There were several diamonds in the rough. Among them were Ryan Swope, who was ranked the No. 116 athlete in the country in 2009. The running back from Austin (Texas) Westlake became a receiver at Texas A&M and eventually set the school's career receiving yardage record, among other marks, such as single-season catches, single-season receiving yards and career 100-yard games.
Another lightly heralded player was defensive tackle Spencer Nealy. Ranked 105th nationally at his position, the San Antonio Reagan product always brought high energy and effort and this season became a catalyst in the Aggies' transition to a 4-3 from a 3-4 the last two years. Nealy, a defensive end the previous two seasons, moved inside to defensive tackle and took on double teams week after week. The job he did inside helped facilitate the terrific season outside by defensive end Damontre Moore.
The other starting defensive tackle in 2012, who had a solid season of his own -- Kirby Ennis -- was also a member of the 2009 class.
One of the most important offensive players in 2012 not named Manziel was center Patrick Lewis, another class of 2009 recruit. As one of the "Louisianimals" as Lewis referred to himself and his fellow Louisiana natives, Lewis was the man who made the offense go, literally. The Aggies installed a high-tempo attack upon Sumlin's arrival, and dictating tempo was one of Lewis' primary jobs. He had to get to the ball before the ref spotted it and make protection calls as well. As one of the team captains, Lewis was a true leader.
The two senior linebackers who started for the Aggies, who also served as leaders for this year's team, were also part of the class of 2009: Sean Porter and Jonathan Stewart. Both started all 13 games this year. Stewart was second on the team in tackles with 81, while Porter was fifth (66) and second on the team in tackles for loss (6.5).
To continue reading this article you must be an Insider
The program sought out a new head coach, having dismissed Mike Sherman, who went 25-25 in four seasons there. The crosshairs in the process appeared to be set on Houston's Kevin Sumlin, who went 35-17 through four seasons in Houston and lifted the Cougars high into the national rankings in both 2009 and 2011.
The last 365 days, give or take a few, have been transformative for the program. Sumlin has injected an energy and swagger into the program that has fueled the Aggies' 10-2 season. After graduating a top-10, first-round pick at quarterback (Ryan Tannehill), a redshirt freshman named Johnny Manziel has stepped in and shattered records and become a Heisman Trophy candidate. Texas A&M is ranked in the top 10 (No. 9) and the recruiting momentum that the Aggies are building is strong, as they're quickly becoming a premier destination for recruits by offering the combination of quality facilities, college football's premier conference and a chance to win in that conference.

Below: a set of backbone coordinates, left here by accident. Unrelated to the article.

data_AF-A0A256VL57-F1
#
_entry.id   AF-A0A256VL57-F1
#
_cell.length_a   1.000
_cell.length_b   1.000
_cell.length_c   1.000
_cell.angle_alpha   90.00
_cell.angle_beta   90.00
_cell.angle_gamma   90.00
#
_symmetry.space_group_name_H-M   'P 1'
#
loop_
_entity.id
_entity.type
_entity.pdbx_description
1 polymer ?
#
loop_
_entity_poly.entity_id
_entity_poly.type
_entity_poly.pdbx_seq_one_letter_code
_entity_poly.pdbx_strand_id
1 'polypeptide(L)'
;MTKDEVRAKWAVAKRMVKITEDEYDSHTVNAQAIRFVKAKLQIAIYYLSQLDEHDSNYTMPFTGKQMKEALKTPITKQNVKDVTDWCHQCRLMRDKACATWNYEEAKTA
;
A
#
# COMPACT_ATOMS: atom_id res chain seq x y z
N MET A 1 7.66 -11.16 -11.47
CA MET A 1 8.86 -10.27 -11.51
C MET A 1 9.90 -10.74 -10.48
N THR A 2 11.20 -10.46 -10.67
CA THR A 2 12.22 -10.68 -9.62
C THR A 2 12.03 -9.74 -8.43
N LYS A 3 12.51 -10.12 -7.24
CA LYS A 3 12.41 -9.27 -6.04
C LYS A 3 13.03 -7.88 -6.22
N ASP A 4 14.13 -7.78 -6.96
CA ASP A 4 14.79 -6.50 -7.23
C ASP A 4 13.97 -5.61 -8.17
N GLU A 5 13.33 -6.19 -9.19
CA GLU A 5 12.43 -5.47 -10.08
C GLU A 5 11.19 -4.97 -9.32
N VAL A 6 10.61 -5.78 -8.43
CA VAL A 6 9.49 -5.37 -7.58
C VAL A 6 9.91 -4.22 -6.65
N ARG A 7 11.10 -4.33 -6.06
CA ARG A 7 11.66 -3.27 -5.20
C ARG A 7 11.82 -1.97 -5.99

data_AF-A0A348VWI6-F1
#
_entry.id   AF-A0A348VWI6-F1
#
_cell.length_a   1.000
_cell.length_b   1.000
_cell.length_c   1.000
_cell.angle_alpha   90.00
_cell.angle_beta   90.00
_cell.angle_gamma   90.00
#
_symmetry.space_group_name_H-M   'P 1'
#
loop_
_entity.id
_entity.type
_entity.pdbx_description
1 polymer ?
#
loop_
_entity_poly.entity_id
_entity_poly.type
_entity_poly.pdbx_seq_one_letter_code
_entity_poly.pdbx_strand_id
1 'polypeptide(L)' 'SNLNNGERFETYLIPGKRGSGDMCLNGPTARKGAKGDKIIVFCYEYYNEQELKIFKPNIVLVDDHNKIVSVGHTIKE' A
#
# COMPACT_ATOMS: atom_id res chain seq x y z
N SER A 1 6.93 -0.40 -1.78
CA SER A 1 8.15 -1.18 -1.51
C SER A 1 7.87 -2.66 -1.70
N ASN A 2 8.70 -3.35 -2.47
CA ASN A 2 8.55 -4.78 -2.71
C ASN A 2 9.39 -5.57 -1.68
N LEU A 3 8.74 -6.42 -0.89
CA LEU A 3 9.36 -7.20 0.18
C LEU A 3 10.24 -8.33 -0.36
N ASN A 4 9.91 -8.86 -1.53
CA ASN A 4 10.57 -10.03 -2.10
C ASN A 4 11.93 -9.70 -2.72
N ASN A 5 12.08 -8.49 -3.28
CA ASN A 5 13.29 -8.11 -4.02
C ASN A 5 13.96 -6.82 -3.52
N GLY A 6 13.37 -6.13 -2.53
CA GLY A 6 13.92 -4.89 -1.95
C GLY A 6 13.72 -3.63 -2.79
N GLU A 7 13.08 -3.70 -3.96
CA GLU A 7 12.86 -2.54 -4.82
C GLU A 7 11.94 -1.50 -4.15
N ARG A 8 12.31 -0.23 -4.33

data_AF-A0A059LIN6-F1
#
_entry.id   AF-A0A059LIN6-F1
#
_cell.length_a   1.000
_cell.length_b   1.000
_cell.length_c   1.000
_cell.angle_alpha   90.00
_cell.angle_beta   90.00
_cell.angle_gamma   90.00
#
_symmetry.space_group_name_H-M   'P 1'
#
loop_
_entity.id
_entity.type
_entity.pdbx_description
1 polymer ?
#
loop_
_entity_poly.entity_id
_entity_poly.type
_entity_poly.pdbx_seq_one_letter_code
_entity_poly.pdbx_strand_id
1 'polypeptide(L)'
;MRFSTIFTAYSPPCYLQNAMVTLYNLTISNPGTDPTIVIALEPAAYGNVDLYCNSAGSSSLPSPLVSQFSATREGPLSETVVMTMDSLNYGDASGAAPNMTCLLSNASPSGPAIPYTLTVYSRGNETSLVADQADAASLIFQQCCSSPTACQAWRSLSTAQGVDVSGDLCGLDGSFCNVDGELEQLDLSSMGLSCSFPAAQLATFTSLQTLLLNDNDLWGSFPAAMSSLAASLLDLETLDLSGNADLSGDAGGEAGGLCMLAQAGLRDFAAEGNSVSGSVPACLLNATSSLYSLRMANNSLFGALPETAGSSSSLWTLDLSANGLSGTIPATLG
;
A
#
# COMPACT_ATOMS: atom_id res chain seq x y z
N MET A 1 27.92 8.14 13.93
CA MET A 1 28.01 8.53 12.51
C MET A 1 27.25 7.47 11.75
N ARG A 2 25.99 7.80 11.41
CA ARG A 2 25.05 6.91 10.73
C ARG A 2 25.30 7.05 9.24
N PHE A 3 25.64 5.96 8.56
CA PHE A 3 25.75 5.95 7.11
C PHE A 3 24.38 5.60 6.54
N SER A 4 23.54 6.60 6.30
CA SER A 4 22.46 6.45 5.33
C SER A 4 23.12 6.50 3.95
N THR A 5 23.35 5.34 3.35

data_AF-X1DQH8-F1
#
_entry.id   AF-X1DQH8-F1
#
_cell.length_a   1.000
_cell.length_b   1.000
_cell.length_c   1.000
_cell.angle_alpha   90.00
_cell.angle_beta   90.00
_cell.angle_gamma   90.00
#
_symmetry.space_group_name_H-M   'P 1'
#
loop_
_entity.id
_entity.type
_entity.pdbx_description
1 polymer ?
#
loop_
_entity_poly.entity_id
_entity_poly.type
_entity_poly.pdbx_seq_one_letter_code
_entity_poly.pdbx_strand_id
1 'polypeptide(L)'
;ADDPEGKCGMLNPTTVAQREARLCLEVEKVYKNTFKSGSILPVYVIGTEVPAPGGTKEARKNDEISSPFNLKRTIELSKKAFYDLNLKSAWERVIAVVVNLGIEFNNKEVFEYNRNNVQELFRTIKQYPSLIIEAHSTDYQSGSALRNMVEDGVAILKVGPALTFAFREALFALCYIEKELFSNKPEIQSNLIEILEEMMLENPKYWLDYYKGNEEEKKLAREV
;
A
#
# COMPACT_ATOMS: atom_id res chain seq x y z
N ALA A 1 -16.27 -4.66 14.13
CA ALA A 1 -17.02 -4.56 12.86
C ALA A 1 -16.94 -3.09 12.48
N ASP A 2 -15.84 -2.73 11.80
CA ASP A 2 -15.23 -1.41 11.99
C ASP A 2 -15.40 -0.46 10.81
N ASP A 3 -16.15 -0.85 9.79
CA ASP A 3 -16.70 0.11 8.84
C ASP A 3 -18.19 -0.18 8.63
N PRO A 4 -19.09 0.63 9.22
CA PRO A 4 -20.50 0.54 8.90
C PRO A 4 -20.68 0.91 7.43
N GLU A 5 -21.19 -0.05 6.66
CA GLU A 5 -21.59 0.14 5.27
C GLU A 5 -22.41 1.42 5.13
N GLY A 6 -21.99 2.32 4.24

What a difference a year makes.
Some of the things the Aggies accomplished this season seemed like pipe dreams at the start of the year. A potential Heisman Trophy winner at quarterback? Going into fall camp, Sumlin and offensive coordinator Kliff Kingsbury had not even named a starter at the position, with redshirt sophomores Jameill Showers and Matt Joeckel battling Manziel.
Even for the quarterback himself, often called by his nickname, "Johnny Football," it's a little unbelievable.
"It’s crazy," he said "It’s so surreal for me to even be mentioned in the same category or in the same sentence as the Heisman Trophy. It would be a dream come true for me to even go to New York and sit down, after years and years of watching guys that I looked up to get dressed up and sit on the front row and hope that their name is called. So for me, it would be a dream come true and something that I would cherish forever."
While Manziel has played a major role in the Aggies' success, so has the leadership of the team -- and not just Sumlin and the coaching staff, but the senior class of players. Guys like linebackers Sean Porter and Jonathan Stewart, safety Steven Terrell, defensive tackle Spencer Nealy, center Patrick Lewis, receivers Ryan Swope and Uzoma Nwachukwu and cornerback/return specialist Dustin Harris have been a big reason the Aggies are a top-10 team this year.